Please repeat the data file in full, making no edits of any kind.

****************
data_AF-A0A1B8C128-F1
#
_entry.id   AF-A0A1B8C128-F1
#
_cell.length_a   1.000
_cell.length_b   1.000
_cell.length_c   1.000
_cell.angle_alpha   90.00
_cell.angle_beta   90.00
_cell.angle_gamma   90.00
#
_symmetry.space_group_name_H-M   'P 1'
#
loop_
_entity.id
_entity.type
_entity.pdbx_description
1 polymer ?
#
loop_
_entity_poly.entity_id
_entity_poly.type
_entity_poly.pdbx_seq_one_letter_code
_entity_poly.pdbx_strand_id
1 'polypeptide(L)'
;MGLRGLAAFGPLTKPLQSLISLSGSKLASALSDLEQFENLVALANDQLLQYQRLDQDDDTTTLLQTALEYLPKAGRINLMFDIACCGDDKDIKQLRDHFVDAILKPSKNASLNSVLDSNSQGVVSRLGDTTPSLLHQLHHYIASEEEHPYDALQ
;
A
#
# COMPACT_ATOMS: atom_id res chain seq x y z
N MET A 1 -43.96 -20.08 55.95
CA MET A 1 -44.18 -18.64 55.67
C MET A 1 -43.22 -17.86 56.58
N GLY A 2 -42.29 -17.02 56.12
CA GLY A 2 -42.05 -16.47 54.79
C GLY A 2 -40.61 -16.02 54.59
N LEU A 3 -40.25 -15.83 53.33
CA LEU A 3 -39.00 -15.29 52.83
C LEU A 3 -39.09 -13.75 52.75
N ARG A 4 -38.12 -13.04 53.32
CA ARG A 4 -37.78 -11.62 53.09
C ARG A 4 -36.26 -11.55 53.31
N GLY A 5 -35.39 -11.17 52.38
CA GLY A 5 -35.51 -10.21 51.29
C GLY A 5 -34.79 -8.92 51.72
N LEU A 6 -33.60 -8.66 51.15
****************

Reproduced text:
data_AF-A0A1B8C128-F1
#
_entry.id   AF-A0A1B8C128-F1
#
_cell.length_a   1.000
_cell.length_b   1.000
_cell.length_c   1.000
_cell.angle_alpha   90.00
_cell.angle_beta   90.00
_cell.angle_gamma   90.00
#
_symmetry.space_group_name_H-M   'P 1'
#
loop_
_entity.id
_entity.type
_entity.pdbx_description
1 polymer ?
#
loop_
_entity_poly.entity_id
_entity_poly.type
_entity_poly.pdbx_seq_one_letter_code
_entity_poly.pdbx_strand_id
1 'polypeptide(L)'
;MGLRGLAAFGPLTKPLQSLISLSGSKLASALSDLEQFENLVALANDQLLQYQRLDQDDDTTTLLQTALEYLPKAGRINLMFDIACCGDDKDIKQLRDHFVDAILKPSKNASLNSVLDSNSQGVVSRLGDTTPSLLHQLHHYIASEEEHPYDALQ
;
A
#
# COMPACT_ATOMS: atom_id res chain seq x y z
N MET A 1 -43.96 -20.08 55.95
CA MET A 1 -44.18 -18.64 55.67
C MET A 1 -43.22 -17.86 56.58
N GLY A 2 -42.29 -17.02 56.12
CA GLY A 2 -42.05 -16.47 54.79
C GLY A 2 -40.61 -16.02 54.59
N LEU A 3 -40.25 -15.83 53.33
CA LEU A 3 -39.00 -15.29 52.83
C LEU A 3 -39.09 -13.75 52.75
N ARG A 4 -38.12 -13.04 53.32
CA ARG A 4 -37.78 -11.62 53.09
C ARG A 4 -36.26 -11.55 53.31
N GLY A 5 -35.39 -11.17 52.38
CA GLY A 5 -35.51 -10.21 51.29
C GLY A 5 -34.79 -8.92 51.72
N LEU A 6 -33.60 -8.66 51.15